I feel the need to say I am just sharing some ideas and this isn't me expecting all of that. All of the stuff you have covered already has been amazing and covering even a tenth of the stuff you plan on covering would be amazing by itself, putting aside the question of even if you will get around to all the planned stuff not to mention the 20th century. I'm just offering some more stuff for potential consideration, assuming time allows for any of it.

In reply to by Andrew

Peter Adamson on 7 June 2023

Russia etc

Yes, I actually had thought about that: I would want to cover Eastern Europe and Russia when doing Early Modern: Germany. That is actually shorthand for central, eastern, and maybe even northern Europe. Though there may be limits how many rabbit holes I can go down. I am wondering whether to do a "later orthodox" style episode on Italy and Spain in the 17-18th centuries when I wrap up the Counterreformation, since I don't know where else to put that and I guess that these are not too prominent in the history of early modern philosophy... but there may be too much to cover there. Vico for instance should get his own episode, or more than one. Maybe he goes in with Early Modern: France. Oof, this is going to be hard isn't it!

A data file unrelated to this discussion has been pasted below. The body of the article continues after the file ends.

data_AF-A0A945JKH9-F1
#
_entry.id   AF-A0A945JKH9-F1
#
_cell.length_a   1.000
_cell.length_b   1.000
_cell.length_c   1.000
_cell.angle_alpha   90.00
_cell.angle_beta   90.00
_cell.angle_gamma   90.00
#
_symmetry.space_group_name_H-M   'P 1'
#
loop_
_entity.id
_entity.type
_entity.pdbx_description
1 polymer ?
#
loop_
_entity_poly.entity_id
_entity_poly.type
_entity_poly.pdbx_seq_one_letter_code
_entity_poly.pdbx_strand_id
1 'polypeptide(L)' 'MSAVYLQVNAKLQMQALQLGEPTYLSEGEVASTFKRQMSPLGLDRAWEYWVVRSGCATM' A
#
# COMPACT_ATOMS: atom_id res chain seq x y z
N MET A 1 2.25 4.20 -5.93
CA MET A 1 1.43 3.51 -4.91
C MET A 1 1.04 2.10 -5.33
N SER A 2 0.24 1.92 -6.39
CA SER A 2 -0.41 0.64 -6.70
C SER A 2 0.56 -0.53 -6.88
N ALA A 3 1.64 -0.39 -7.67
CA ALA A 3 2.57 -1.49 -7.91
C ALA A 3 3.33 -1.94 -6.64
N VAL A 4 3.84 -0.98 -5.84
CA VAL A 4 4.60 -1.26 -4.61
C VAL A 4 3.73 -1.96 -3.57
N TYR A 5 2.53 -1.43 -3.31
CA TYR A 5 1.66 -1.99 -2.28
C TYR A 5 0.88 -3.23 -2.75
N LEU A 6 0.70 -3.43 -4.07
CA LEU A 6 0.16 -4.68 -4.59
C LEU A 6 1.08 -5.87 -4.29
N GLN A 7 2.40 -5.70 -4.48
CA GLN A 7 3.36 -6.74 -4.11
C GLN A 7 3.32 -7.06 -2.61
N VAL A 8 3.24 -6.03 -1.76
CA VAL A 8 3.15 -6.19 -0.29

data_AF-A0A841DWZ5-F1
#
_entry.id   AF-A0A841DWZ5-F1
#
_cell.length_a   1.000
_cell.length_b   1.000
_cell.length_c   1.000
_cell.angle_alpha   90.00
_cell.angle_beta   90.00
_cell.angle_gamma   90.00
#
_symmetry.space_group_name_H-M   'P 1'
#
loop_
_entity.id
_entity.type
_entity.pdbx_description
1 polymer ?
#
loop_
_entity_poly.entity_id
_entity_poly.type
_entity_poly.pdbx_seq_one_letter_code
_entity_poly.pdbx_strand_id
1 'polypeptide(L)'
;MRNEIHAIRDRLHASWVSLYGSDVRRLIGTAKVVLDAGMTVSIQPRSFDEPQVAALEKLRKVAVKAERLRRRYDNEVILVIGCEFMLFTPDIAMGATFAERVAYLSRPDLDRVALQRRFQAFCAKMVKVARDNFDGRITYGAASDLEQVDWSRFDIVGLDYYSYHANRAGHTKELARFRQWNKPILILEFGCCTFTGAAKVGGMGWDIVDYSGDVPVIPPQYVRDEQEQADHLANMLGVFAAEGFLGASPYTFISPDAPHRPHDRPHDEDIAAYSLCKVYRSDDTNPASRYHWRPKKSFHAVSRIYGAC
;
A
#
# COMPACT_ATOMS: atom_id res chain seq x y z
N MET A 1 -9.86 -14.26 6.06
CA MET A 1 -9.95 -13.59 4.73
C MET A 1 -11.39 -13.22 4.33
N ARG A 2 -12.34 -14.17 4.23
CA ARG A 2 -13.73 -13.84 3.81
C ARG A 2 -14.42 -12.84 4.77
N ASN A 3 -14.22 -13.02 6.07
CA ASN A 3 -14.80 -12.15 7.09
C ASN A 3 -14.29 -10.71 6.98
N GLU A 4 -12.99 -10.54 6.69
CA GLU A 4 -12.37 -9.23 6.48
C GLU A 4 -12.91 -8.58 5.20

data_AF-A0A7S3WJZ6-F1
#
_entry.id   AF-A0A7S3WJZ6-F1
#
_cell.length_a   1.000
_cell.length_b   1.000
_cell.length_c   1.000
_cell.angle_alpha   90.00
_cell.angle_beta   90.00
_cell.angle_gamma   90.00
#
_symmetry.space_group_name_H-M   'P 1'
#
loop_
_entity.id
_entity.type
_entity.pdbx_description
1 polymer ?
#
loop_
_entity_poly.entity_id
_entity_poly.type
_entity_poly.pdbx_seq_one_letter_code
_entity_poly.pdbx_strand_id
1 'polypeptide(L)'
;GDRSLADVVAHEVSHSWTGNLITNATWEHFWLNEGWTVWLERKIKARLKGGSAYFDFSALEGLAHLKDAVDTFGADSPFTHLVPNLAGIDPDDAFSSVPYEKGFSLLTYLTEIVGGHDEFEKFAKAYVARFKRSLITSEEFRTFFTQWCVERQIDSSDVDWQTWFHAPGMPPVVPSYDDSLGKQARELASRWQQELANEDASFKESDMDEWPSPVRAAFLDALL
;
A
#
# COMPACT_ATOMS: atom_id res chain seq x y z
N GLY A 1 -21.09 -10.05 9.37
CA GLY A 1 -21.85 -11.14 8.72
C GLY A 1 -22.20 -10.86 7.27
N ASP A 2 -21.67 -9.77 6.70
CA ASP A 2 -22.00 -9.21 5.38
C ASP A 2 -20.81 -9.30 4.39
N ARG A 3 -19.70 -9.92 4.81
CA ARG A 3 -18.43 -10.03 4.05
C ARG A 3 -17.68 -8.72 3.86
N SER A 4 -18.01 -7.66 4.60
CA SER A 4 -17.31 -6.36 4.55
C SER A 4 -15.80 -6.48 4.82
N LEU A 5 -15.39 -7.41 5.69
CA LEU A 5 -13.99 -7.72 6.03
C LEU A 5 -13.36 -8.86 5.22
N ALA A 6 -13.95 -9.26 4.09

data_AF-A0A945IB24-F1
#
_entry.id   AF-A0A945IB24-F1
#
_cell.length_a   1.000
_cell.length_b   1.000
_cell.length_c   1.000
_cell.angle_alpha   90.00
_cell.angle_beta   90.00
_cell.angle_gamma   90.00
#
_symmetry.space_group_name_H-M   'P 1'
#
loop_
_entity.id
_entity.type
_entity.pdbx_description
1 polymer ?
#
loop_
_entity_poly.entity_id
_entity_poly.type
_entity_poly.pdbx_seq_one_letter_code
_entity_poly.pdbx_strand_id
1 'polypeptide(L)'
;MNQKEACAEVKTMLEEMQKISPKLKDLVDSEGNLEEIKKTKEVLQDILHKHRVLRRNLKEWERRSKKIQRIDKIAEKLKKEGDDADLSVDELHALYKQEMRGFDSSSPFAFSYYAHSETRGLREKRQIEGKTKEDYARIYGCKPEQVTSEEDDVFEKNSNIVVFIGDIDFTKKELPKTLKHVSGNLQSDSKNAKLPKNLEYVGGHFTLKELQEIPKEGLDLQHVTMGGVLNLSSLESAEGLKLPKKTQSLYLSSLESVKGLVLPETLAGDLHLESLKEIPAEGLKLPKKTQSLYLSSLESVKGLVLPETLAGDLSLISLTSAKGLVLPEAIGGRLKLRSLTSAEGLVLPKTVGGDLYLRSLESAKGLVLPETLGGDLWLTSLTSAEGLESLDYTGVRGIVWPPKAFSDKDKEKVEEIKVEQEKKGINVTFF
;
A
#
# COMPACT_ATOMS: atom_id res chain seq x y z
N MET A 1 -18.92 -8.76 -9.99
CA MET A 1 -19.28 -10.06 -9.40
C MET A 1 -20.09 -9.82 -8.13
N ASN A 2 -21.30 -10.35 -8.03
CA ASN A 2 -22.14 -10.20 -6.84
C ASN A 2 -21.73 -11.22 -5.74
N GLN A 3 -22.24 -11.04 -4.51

I'd also wondered about Vietnam etc; I suspect that I will not manage to get that in just for the sake of telling a more or less coherent story, but perhaps sketchy coverage (a couple of episodes) would be better than none at all.  

In reply to by Peter Adamson

dukeofethereal on 7 June 2023

Wouldn't Iberia fall under France/Netherlands?

Given the low countries became independent of Spain (80 year war), wouldn't it be easier to list Iberian philosophers under France/Netherlands section of 1600-1800. As an extension, Italian philosophers could be included due to their catholic background and connections with the Iberians. So Perhaps rename the period to 'France, Iberia, Italy and the Low countries'. 

In reply to by Peter Adamson

Andrew on 7 June 2023

So would that include pre…

So would that include pre modern russian philosophy in the Early Modern: Germany section? Or most likely just be skipped over?

Part of me wonders the usefulness of categorising based on region, not that I have a better suggestion, given the ambiguities like Vico. Ironic, given we are nearing the birth of the modern concept of the nation that using the very concept as an organising principle is actually quite difficult!

Now I have to wonder though - why Japan and/or Korea take priority over Vietnam and/or Indonesia? Just curious.

In reply to by Andrew

Peter Adamson on 7 June 2023